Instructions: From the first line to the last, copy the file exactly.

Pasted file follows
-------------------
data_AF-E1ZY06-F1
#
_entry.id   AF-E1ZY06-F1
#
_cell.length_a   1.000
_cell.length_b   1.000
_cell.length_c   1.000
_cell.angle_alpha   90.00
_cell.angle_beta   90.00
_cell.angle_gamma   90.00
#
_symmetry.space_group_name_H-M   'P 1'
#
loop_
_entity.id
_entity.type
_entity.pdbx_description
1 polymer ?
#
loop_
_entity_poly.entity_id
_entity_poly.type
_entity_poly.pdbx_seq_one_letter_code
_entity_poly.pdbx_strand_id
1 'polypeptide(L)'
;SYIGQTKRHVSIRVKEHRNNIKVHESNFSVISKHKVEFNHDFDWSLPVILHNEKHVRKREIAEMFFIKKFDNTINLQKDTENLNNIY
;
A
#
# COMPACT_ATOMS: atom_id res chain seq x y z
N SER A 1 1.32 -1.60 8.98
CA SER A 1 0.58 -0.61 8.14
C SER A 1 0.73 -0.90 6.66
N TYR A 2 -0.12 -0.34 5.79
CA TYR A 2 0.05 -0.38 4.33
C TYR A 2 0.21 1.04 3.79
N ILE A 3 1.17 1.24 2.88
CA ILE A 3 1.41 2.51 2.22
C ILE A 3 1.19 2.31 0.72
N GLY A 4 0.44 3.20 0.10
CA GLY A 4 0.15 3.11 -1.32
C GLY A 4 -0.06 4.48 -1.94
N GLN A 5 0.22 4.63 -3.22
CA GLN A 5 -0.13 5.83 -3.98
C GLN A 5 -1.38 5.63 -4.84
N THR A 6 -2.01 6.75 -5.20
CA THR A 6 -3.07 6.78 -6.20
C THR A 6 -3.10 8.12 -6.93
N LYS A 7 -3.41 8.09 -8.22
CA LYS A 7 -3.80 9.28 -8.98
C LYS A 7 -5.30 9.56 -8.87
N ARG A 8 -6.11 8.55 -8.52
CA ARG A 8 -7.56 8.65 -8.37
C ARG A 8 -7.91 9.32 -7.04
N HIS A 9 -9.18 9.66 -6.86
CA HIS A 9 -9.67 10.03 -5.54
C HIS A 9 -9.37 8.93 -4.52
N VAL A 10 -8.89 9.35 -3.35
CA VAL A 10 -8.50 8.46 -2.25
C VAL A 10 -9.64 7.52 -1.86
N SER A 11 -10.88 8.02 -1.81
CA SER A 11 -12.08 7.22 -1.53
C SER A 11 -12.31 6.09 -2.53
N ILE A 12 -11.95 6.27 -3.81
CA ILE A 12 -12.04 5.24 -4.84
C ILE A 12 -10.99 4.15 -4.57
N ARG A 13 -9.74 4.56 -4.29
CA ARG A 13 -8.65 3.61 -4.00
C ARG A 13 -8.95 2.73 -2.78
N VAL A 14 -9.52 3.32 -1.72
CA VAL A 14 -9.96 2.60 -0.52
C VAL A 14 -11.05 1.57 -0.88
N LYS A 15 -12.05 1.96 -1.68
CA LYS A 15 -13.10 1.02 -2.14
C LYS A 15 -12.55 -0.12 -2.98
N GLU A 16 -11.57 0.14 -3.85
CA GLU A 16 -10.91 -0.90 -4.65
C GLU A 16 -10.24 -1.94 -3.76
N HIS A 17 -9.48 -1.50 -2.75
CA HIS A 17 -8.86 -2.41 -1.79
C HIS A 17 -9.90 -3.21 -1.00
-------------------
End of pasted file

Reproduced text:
data_AF-E1ZY06-F1
#
_entry.id   AF-E1ZY06-F1
#
_cell.length_a   1.000
_cell.length_b   1.000
_cell.length_c   1.000
_cell.angle_alpha   90.00
_cell.angle_beta   90.00
_cell.angle_gamma   90.00
#
_symmetry.space_group_name_H-M   'P 1'
#
loop_
_entity.id
_entity.type
_entity.pdbx_description
1 polymer ?
#
loop_
_entity_poly.entity_id
_entity_poly.type
_entity_poly.pdbx_seq_one_letter_code
_entity_poly.pdbx_strand_id
1 'polypeptide(L)'
;SYIGQTKRHVSIRVKEHRNNIKVHESNFSVISKHKVEFNHDFDWSLPVILHNEKHVRKREIAEMFFIKKFDNTINLQKDTENLNNIY
;
A
#
# COMPACT_ATOMS: atom_id res chain seq x y z
N SER A 1 1.32 -1.60 8.98
CA SER A 1 0.58 -0.61 8.14
C SER A 1 0.73 -0.90 6.66
N TYR A 2 -0.12 -0.34 5.79
CA TYR A 2 0.05 -0.38 4.33
C TYR A 2 0.21 1.04 3.79
N ILE A 3 1.17 1.24 2.88
CA ILE A 3 1.41 2.51 2.22
C ILE A 3 1.19 2.31 0.72
N GLY A 4 0.44 3.20 0.10
CA GLY A 4 0.15 3.11 -1.32
C GLY A 4 -0.06 4.48 -1.94
N GLN A 5 0.22 4.63 -3.22
CA GLN A 5 -0.13 5.83 -3.98
C GLN A 5 -1.38 5.63 -4.84
N THR A 6 -2.01 6.75 -5.20
CA THR A 6 -3.07 6.78 -6.20
C THR A 6 -3.10 8.12 -6.93
N LYS A 7 -3.41 8.09 -8.22
CA LYS A 7 -3.80 9.28 -8.98
C LYS A 7 -5.30 9.56 -8.87
N ARG A 8 -6.11 8.55 -8.52
CA ARG A 8 -7.56 8.65 -8.37
C ARG A 8 -7.91 9.32 -7.04
N HIS A 9 -9.18 9.66 -6.86
CA HIS A 9 -9.67 10.03 -5.54
C HIS A 9 -9.37 8.93 -4.52
N VAL A 10 -8.89 9.35 -3.35
CA VAL A 10 -8.50 8.46 -2.25
C VAL A 10 -9.64 7.52 -1.86
N SER A 11 -10.88 8.02 -1.81
CA SER A 11 -12.08 7.22 -1.53
C SER A 11 -12.31 6.09 -2.53
N ILE A 12 -11.95 6.27 -3.81
CA ILE A 12 -12.04 5.24 -4.84
C ILE A 12 -10.99 4.15 -4.57
N ARG A 13 -9.74 4.56 -4.29
CA ARG A 13 -8.65 3.61 -4.00
C ARG A 13 -8.95 2.73 -2.78
N VAL A 14 -9.52 3.32 -1.72
CA VAL A 14 -9.96 2.60 -0.52
C VAL A 14 -11.05 1.57 -0.88
N LYS A 15 -12.05 1.96 -1.68
CA LYS A 15 -13.10 1.02 -2.14
C LYS A 15 -12.55 -0.12 -2.98
N GLU A 16 -11.57 0.14 -3.85
CA GLU A 16 -10.91 -0.90 -4.65
C GLU A 16 -10.24 -1.94 -3.76
N HIS A 17 -9.48 -1.50 -2.75
CA HIS A 17 -8.86 -2.41 -1.79
C HIS A 17 -9.90 -3.21 -1.00